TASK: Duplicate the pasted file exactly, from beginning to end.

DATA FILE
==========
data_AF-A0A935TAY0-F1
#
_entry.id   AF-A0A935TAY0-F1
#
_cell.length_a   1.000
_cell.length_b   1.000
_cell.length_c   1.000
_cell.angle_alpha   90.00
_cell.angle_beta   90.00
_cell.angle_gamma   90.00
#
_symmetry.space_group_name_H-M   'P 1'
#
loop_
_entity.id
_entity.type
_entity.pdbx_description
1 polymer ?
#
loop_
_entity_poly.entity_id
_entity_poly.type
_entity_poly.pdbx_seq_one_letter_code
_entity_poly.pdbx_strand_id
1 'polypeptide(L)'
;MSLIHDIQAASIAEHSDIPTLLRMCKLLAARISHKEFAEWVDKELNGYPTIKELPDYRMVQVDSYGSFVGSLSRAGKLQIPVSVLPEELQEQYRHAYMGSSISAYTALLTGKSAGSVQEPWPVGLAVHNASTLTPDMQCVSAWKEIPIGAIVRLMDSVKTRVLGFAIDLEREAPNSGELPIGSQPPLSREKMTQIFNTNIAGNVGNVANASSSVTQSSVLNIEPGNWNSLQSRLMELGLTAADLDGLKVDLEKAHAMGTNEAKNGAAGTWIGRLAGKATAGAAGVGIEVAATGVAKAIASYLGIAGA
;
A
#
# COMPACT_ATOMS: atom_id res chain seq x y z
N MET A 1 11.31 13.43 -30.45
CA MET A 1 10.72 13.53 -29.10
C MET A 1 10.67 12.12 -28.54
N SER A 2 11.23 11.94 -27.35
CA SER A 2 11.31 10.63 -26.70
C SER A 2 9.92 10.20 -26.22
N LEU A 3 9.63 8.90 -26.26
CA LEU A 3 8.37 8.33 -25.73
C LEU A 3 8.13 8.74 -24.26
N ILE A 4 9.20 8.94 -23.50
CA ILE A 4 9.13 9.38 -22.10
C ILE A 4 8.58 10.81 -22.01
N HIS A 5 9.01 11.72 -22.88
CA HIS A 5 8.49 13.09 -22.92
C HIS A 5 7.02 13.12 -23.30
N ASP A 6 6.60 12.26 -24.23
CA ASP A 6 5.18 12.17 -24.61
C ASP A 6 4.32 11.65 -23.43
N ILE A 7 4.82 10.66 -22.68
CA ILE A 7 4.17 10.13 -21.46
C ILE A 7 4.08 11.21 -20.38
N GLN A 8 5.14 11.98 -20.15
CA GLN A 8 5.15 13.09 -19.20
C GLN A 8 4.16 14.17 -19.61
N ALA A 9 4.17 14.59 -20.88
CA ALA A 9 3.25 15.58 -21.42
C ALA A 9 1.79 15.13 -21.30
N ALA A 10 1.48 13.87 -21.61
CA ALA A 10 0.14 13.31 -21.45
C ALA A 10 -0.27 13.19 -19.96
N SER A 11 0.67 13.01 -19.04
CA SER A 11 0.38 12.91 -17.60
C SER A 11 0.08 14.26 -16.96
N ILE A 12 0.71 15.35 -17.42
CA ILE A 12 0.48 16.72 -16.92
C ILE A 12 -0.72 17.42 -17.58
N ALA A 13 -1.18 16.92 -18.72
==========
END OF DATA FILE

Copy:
data_AF-A0A935TAY0-F1
#
_entry.id   AF-A0A935TAY0-F1
#
_cell.length_a   1.000
_cell.length_b   1.000
_cell.length_c   1.000
_cell.angle_alpha   90.00
_cell.angle_beta   90.00
_cell.angle_gamma   90.00
#
_symmetry.space_group_name_H-M   'P 1'
#
loop_
_entity.id
_entity.type
_entity.pdbx_description
1 polymer ?
#
loop_
_entity_poly.entity_id
_entity_poly.type
_entity_poly.pdbx_seq_one_letter_code
_entity_poly.pdbx_strand_id
1 'polypeptide(L)'
;MSLIHDIQAASIAEHSDIPTLLRMCKLLAARISHKEFAEWVDKELNGYPTIKELPDYRMVQVDSYGSFVGSLSRAGKLQIPVSVLPEELQEQYRHAYMGSSISAYTALLTGKSAGSVQEPWPVGLAVHNASTLTPDMQCVSAWKEIPIGAIVRLMDSVKTRVLGFAIDLEREAPNSGELPIGSQPPLSREKMTQIFNTNIAGNVGNVANASSSVTQSSVLNIEPGNWNSLQSRLMELGLTAADLDGLKVDLEKAHAMGTNEAKNGAAGTWIGRLAGKATAGAAGVGIEVAATGVAKAIASYLGIAGA
;
A
#
# COMPACT_ATOMS: atom_id res chain seq x y z
N MET A 1 11.31 13.43 -30.45
CA MET A 1 10.72 13.53 -29.10
C MET A 1 10.67 12.12 -28.54
N SER A 2 11.23 11.94 -27.35
CA SER A 2 11.31 10.63 -26.70
C SER A 2 9.92 10.20 -26.22
N LEU A 3 9.63 8.90 -26.26
CA LEU A 3 8.37 8.33 -25.73
C LEU A 3 8.13 8.74 -24.26
N ILE A 4 9.20 8.94 -23.50
CA ILE A 4 9.13 9.38 -22.10
C ILE A 4 8.58 10.81 -22.01
N HIS A 5 9.01 11.72 -22.88
CA HIS A 5 8.49 13.09 -22.92
C HIS A 5 7.02 13.12 -23.30
N ASP A 6 6.60 12.26 -24.23
CA ASP A 6 5.18 12.17 -24.61
C ASP A 6 4.32 11.65 -23.43
N ILE A 7 4.82 10.66 -22.68
CA ILE A 7 4.17 10.13 -21.46
C ILE A 7 4.08 11.21 -20.38
N GLN A 8 5.14 11.98 -20.15
CA GLN A 8 5.15 13.09 -19.20
C GLN A 8 4.16 14.17 -19.61
N ALA A 9 4.17 14.59 -20.88
CA ALA A 9 3.25 15.58 -21.42
C ALA A 9 1.79 15.13 -21.30
N ALA A 10 1.48 13.87 -21.61
CA ALA A 10 0.14 13.31 -21.45
C ALA A 10 -0.27 13.19 -19.96
N SER A 11 0.67 13.01 -19.04
CA SER A 11 0.38 12.91 -17.60
C SER A 11 0.08 14.26 -16.96
N ILE A 12 0.71 15.35 -17.42
CA ILE A 12 0.48 16.72 -16.92
C ILE A 12 -0.72 17.42 -17.58
N ALA A 13 -1.18 16.92 -18.72